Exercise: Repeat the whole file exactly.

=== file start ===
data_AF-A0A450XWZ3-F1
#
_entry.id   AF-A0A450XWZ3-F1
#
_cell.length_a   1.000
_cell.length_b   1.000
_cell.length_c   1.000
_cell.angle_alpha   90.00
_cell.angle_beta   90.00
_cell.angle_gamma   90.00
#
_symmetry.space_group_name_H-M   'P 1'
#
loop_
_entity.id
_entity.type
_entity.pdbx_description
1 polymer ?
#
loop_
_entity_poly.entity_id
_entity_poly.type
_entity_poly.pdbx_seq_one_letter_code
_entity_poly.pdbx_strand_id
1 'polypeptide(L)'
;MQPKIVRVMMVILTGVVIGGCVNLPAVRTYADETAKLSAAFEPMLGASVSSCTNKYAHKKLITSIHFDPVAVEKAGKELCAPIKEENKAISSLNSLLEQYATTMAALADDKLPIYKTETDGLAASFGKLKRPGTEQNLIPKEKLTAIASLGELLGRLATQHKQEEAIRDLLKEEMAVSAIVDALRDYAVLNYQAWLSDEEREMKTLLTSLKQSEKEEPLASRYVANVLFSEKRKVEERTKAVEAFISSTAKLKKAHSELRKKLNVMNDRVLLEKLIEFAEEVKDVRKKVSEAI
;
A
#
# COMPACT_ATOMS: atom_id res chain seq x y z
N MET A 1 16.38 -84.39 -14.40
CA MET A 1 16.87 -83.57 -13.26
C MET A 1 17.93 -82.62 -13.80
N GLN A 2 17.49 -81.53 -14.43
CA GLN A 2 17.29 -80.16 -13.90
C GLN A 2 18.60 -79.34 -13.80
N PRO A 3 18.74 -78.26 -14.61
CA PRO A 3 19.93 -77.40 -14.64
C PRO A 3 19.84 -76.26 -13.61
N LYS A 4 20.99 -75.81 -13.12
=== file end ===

data_AF-A0A450XWZ3-F1
#
_entry.id   AF-A0A450XWZ3-F1
#
_cell.length_a   1.000
_cell.length_b   1.000
_cell.length_c   1.000
_cell.angle_alpha   90.00
_cell.angle_beta   90.00
_cell.angle_gamma   90.00
#
_symmetry.space_group_name_H-M   'P 1'
#
loop_
_entity.id
_entity.type
_entity.pdbx_description
1 polymer ?
#
loop_
_entity_poly.entity_id
_entity_poly.type
_entity_poly.pdbx_seq_one_letter_code
_entity_poly.pdbx_strand_id
1 'polypeptide(L)'
;MQPKIVRVMMVILTGVVIGGCVNLPAVRTYADETAKLSAAFEPMLGASVSSCTNKYAHKKLITSIHFDPVAVEKAGKELCAPIKEENKAISSLNSLLEQYATTMAALADDKLPIYKTETDGLAASFGKLKRPGTEQNLIPKEKLTAIASLGELLGRLATQHKQEEAIRDLLKEEMAVSAIVDALRDYAVLNYQAWLSDEEREMKTLLTSLKQSEKEEPLASRYVANVLFSEKRKVEERTKAVEAFISSTAKLKKAHSELRKKLNVMNDRVLLEKLIEFAEEVKDVRKKVSEAI
;
A
#
# COMPACT_ATOMS: atom_id res chain seq x y z
N MET A 1 16.38 -84.39 -14.40
CA MET A 1 16.87 -83.57 -13.26
C MET A 1 17.93 -82.62 -13.80
N GLN A 2 17.49 -81.53 -14.43
CA GLN A 2 17.29 -80.16 -13.90
C GLN A 2 18.60 -79.34 -13.80
N PRO A 3 18.74 -78.26 -14.61
CA PRO A 3 19.93 -77.40 -14.64
C PRO A 3 19.84 -76.26 -13.61
N LYS A 4 20.99 -75.81 -13.12